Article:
Would you love to know how to grow hydrangeas to make them thrive? These stunning blooms are a favourite choice for many gardeners. With their fabulous flowers and foliage, these versatile, hardy plants are a great addition to any garden.

 

How to Grow Hydrangeas

“Flowers are the beautiful hieroglyphics of nature with which she indicates how much she loves us.” – Goethe

 

How to Grow Hydrangeas

Hydrangeas flower in spring and summer and can be cut back in winter or grown from cuttings. Hydrangea colour is an indication of the pH value of your soil. Pink flowers indicate it is alkaline (pH of between 8 and 12). Blue flowers mean the soil is more acidic (pH of between 1 and 6 with 7 being neutral). White hydrangea flowers may change colour as they mature. Don’t worry though – you can adjust the pH and the colour! Keep reading to learn how.

 

Gardening is the art that uses flowers and plants as paint, and the soil and sky as canvas - working with nature provides the technique.

Gardening is the art that uses flowers and plants as paint, and the soil and sky as canvas – working with nature provides the technique.

 

As a little bit of trivia, the name ‘hydrangea’ comes from two Greek words: ‘hydor’ which means water and ‘angeion’ meaning vessel. This is because the seedpods resemble drinking cups!  So let’s look at where, when and how to plant out a hydrangea, as well as their ongoing needs.

Where to Plant Hydrangeas

Location: Although hydrangeas are pretty hardy flowers, they can suffer in full summer sun or windy conditions. These both dry them out quickly. Hydrangeas prefer a partially shaded area or one that receives morning sun only.  So, the best location is partially shaded or ‘dappled’ shade. All varieties should bloom and grow well in a morning sun/afternoon shade location but not in heavy shade.  Try the southern side of your garden (southern hemisphere) or the northern side (northern hemisphere).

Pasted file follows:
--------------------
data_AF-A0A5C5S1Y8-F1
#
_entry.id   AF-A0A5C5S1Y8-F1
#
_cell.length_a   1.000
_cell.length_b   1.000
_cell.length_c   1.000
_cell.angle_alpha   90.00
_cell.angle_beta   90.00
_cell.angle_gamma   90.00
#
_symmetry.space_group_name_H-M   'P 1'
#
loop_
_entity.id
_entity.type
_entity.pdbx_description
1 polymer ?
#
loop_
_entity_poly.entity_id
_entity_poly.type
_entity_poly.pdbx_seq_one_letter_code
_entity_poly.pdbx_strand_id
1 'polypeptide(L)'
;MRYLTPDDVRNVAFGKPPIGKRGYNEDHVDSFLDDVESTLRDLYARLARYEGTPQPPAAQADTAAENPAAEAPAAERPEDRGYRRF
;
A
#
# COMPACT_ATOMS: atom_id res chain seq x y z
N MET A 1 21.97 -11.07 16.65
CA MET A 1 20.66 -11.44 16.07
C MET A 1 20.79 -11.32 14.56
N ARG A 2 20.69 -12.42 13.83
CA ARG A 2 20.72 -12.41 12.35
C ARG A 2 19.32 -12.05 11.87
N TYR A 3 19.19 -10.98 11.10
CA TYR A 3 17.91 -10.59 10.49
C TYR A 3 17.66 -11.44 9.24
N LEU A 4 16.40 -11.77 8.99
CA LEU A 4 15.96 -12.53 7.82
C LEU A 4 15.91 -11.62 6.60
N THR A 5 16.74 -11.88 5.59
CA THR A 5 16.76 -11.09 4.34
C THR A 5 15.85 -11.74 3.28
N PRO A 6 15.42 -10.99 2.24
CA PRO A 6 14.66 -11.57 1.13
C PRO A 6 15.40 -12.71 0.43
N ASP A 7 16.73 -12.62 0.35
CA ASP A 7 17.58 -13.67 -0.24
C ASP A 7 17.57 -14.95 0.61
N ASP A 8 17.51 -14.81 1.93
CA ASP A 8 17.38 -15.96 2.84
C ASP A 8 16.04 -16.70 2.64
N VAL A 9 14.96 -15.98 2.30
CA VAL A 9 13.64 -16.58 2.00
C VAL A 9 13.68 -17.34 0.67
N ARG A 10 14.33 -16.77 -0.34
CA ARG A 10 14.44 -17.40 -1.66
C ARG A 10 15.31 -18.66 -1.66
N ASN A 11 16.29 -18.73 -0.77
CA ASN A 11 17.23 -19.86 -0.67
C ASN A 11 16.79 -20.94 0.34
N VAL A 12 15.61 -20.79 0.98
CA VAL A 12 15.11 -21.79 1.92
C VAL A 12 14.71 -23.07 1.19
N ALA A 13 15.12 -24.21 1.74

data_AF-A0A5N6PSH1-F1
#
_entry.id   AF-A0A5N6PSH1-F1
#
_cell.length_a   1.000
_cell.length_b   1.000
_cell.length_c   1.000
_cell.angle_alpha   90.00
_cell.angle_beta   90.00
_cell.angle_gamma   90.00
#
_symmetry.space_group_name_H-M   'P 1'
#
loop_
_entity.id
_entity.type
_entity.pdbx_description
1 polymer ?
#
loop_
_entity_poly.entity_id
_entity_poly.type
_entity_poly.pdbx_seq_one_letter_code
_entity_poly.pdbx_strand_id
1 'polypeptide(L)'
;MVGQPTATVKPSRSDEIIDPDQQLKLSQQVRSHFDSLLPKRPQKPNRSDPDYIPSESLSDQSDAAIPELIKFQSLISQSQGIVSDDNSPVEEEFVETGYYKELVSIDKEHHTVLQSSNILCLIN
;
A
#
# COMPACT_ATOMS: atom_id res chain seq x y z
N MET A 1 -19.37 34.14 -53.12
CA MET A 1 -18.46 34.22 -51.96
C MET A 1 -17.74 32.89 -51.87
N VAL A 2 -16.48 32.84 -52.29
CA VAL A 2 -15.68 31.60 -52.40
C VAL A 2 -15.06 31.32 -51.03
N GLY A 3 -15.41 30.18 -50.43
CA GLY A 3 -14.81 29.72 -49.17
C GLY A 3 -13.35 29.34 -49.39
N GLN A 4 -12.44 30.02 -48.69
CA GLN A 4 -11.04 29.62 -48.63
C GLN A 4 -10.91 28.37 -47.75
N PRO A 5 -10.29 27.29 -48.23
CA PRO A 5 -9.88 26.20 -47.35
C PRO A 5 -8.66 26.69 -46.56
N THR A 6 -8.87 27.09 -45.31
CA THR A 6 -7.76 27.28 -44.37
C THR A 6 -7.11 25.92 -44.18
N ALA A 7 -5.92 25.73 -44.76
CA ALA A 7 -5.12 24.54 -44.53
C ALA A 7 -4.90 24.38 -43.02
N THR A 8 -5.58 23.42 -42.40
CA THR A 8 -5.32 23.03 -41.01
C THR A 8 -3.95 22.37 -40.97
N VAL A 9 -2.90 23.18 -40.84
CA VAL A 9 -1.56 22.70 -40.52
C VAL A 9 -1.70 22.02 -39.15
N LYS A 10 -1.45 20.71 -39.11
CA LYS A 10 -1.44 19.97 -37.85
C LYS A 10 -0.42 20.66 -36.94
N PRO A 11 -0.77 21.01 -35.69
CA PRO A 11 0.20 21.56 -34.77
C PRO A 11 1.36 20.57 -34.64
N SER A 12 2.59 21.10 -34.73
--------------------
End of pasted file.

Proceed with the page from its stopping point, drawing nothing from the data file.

How to Grow Hydrangeas: Avoid heavy shade under a tree with a large canopy - choose a partially shaded area with dappled light.

Avoid heavy shade under a tree with a large canopy – choose a partially shaded area with dappled light.

 

Avoid planting under a tree.  Tree roots will compete for the rich moist soil around your hydrangea. There may also be insufficient light if the tree canopy is large.

Space: If you only have limited space, you might consider growing them in pots or containers. Choose your pot wisely for the mature size of the plant and consider the plant’s needs. Hydrangeas need consistent moisture so avoid porous pots.

 

How to Grow Hydrangeas: Hydrangeas can be grown in pots with the right soil and care.

Hydrangeas can be grown in pots with the right soil and care.

Depending on the cultivar, most hydrangeas need at least 1m2 of personal space to feel comfy and do their best. Make sure you check the label first to determine the mature size of the plant.

Drainage: You will also need to consider your hydrangea’s drainage requirements. Whilst hydrangeas like moist, compost-rich and well-drained soil, they hate ‘wet feet’!  Raised beds are a good option if these are available or even a mounded position.

When to Plant Hydrangeas

 

Hydrangeas in pots | The Micro Gardener

If your potted hydrangea has been grown and raised in a garden nursery, it will be used to being outdoors all year so you can plant anytime.